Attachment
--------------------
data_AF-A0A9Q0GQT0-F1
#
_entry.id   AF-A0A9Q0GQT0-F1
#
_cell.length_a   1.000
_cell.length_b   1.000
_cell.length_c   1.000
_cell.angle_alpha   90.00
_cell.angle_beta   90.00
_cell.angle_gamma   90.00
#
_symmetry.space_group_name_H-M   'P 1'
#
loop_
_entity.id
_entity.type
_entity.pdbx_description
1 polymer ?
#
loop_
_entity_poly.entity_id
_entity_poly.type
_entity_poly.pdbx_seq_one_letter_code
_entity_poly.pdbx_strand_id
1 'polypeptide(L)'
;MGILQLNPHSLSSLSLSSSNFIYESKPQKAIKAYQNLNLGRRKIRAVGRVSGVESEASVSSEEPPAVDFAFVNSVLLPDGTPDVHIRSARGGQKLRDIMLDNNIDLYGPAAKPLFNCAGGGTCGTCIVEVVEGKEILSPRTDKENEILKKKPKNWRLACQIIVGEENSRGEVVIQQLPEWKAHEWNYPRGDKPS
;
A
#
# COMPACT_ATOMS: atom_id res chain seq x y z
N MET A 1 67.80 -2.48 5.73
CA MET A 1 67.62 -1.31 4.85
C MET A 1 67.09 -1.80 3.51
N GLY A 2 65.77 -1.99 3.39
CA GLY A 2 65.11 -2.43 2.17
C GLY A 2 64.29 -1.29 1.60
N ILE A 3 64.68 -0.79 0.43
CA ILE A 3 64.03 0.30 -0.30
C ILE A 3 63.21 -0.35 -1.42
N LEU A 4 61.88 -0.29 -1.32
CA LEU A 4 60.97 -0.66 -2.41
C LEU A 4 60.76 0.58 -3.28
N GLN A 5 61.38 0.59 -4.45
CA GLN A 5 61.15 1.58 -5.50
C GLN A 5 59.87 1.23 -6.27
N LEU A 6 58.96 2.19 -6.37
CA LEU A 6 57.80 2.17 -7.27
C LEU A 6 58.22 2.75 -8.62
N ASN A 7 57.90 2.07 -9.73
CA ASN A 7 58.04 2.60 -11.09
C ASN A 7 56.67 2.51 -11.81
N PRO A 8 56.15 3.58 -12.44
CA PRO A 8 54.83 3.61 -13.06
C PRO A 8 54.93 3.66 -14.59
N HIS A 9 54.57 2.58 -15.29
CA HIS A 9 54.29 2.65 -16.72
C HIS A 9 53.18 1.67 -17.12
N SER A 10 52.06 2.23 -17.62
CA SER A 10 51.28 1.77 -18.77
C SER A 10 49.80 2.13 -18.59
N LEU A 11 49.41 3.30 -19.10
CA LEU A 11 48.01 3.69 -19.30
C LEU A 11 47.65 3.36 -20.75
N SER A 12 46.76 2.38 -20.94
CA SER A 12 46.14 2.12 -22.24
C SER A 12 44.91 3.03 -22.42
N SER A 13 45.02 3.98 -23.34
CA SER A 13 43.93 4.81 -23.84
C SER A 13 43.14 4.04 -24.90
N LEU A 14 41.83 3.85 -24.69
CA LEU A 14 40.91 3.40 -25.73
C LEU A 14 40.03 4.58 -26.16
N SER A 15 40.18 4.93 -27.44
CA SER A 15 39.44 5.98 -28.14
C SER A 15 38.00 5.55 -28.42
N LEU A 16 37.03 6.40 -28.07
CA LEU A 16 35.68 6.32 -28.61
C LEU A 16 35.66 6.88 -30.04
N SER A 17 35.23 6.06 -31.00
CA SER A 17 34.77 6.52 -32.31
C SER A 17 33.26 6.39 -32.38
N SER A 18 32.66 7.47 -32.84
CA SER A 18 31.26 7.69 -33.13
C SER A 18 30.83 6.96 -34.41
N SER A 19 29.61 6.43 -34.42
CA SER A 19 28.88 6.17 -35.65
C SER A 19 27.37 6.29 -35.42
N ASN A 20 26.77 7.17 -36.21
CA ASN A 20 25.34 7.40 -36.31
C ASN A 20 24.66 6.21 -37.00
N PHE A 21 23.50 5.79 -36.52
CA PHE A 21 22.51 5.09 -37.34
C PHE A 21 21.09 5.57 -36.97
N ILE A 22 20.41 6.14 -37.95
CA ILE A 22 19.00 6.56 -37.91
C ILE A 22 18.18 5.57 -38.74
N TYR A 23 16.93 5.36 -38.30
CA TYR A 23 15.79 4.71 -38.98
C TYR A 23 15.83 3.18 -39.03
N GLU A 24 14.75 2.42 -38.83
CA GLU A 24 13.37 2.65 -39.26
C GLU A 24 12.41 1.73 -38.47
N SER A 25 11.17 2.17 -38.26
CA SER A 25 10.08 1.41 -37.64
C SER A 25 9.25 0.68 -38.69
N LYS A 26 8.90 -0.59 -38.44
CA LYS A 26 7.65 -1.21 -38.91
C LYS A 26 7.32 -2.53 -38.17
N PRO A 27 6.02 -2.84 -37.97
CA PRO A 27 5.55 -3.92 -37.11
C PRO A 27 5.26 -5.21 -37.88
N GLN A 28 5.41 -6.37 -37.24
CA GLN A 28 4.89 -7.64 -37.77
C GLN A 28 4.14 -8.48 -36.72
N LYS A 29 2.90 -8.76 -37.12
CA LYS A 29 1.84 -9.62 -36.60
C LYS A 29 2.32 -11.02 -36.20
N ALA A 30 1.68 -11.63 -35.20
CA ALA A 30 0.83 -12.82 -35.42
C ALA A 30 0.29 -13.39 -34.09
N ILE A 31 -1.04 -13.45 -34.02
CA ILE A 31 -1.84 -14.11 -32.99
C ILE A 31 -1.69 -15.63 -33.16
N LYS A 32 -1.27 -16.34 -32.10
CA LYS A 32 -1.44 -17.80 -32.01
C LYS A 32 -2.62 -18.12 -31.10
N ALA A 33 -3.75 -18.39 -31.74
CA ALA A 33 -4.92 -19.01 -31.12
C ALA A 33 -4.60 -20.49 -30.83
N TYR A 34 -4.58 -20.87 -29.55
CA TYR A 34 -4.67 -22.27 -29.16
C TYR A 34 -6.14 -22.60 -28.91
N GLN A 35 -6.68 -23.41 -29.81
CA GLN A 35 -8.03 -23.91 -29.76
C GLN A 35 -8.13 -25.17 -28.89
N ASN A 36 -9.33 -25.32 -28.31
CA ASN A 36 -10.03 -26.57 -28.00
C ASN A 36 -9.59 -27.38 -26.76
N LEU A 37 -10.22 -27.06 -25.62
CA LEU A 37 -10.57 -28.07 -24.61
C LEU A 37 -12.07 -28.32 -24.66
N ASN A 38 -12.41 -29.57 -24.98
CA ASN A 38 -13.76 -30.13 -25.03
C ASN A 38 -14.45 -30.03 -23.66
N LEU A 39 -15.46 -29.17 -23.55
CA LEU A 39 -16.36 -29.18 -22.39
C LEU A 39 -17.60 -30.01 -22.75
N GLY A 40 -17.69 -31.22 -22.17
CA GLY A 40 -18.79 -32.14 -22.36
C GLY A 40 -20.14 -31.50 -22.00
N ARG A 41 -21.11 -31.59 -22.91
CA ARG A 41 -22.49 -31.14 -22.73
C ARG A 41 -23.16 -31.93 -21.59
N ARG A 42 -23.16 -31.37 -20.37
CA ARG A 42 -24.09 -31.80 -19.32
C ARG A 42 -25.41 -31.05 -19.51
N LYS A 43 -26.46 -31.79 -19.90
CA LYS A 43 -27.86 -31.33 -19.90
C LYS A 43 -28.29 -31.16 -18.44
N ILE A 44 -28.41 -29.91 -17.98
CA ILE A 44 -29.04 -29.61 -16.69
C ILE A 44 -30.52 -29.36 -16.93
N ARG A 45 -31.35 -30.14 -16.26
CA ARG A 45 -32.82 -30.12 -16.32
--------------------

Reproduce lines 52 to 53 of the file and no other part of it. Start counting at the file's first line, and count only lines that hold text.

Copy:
N PRO A 8 56.15 3.58 -12.44
CA PRO A 8 54.83 3.61 -13.06